Adapted from Garcia Lorca's "Blood Wedding," this overwrought, operatic and visually ravishing drama tells the story of a woman (gorgeous Inma Cuesta) who married her rich childhood friend (Asier Etxeandia) as a family obligation.  However,  she really had long simmering passions for another childhood friend, poor and already married Leonardo (darkly handsome Alex Garcia) who reciprocated that forbidden love.  The film never quite managed to make all the complex, generations-old family feuds and relationships clear to me; and I was left admiring the film making and the austere Spanish countryside, but bored by the predictably tragic story.   ***

TOWER  (2016,  d. Keith Maitland)
Fifty years ago, on August 1, 1966, a sniper perched on top of the signature campus skyscraper with a high powered rifle reigned terror on the University of Texas below, killing and wounding scores.  This extraordinary documentary tells what happened that day, stories of the dead and the survivors, and the heroes who managed to end the siege.  The film utilizes news footage from that day, along with survivor interviews.  But, above all the film offers superb rotoscoped animated sequences (shot with actors, and then artistically enhanced) re-creating that tragedy in detail impossible by any other means.   In Q&A the director made it clear that this was to be the stories of the relatively unknown victims, heroes and onlookers...that the story of the infamous killer had already been told in detail, giving him more credit in history than he deserved.  And these survivor stories are immensely moving.  But even more, the audience is reminded that this 50-year old tragedy is one that eerily mirrors future campus gun massacres.  This is one of those rare documentaries that is both technically advanced and skillfully edited; but also of vital importance in relating its history to the present day audience.    *****

SPA NIGHT   (2016,  d. Andrew Ahn) 
The milieu of this family drama is Korea Town in Los Angeles (incidentally where I live today, so the setting is very familiar to me.)  An immigrant family is beset by problems.  The family restaurant went broke.  The dutiful teen-age son, no scholar to begin with, is flunking his SATs with little interest in college, disappointing his parents.  Unemployable father is drinking, and mom is working a menial job.  Topping it off, the son, having gotten a job working in a Korean spa-baths, discovers that he might be attracted to men.  Oops.  The film was sold as a gay story; but it is too steeped in homophobia, with sex scenes too coy to qualify as that.  It is really an immigrant family saga and coming-of-age film, with an involving enough script, good low-budget technical credits, and convincing acting (especially Joe Seo as the diligent, if conflicted son).    *** 1/2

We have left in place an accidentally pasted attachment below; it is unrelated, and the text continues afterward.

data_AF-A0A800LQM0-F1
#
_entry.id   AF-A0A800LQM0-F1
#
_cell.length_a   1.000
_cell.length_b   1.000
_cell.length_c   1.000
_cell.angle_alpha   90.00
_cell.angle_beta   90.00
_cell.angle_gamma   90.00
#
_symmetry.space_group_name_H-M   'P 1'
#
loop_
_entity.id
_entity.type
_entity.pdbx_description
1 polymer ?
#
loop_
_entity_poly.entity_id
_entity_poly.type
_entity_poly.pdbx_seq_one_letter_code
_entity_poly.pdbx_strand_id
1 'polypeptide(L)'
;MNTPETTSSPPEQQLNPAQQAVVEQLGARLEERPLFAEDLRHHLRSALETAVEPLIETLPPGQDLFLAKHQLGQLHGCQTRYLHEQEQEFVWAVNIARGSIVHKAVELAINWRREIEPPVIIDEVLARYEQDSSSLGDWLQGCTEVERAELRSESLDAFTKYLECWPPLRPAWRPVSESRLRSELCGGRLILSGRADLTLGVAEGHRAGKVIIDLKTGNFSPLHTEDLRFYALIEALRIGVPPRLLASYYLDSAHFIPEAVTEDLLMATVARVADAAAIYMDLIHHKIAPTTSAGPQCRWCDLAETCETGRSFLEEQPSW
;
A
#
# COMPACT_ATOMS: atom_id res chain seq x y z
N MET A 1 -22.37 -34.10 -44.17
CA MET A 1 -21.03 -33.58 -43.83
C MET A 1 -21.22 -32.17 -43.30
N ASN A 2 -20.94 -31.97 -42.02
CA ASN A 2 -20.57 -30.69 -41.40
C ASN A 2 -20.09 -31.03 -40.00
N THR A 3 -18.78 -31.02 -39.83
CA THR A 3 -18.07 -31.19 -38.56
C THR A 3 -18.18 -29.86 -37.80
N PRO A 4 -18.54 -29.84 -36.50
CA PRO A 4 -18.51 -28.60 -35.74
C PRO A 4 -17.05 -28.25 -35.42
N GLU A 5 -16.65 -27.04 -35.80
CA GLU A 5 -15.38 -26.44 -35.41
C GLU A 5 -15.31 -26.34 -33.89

PARALYTIC    (2016,  d. Joey Johnson)
 Carson is a mysterious contract killer (played by David Hogan, dreadfully miscast)  who gets involved with the evil Chutro drug cartel in some nefarious plot.  It goes wrong; and the cartel boss wants to eliminate Carson.  The now hunted killer hatches a plot involving a woman sheriff and a paralytic drug the cartel manufactures, to avoid the torture and punishment that the cartel has in store for him.  That's the bare bones of  the plot.  But this turgid Washington state produced film-noir misfires on every cylinder.  The thriller plot is ridiculously inane, the actors are almost all too young and wan to do authentic noir melodrama (only Darlene Sellers as the sheriff is even a smidgen convincing.)   And for me, worst of all was the totally inauthentic use of East Washington state to represent Los Angeles and the Santa Barbara countryside.  This film tested my tolerance for the inane.  But for all its flaws, it was so laughably bad that it was almost good as an unintentional satire.   * 1/2

Thurs. 6/2
(2016,  d. Chad Hartigan)
Morris (a sullen, yet sympathetic performance by pudgy Markees Christmas)  is a 13-year old African-American kid whose father (Craig Robinson) is working as a soccer coach in Heidelberg, Germany.  The film develops as a fish-out-of-water coming of age story, as Morris unhappily copes with the all-white, German teen culture.  He befriends an older rebellious girl, aspires to be a rap singer, runs away, does drugs.  But his bond with his understanding father remains strong.  The film is insightful, with realistic characterizations.  But I never really emotionally connected with Morris or his dilemma.  ***

THE QUEEN OF IRELAND  (2016,  d. Conor Horgan)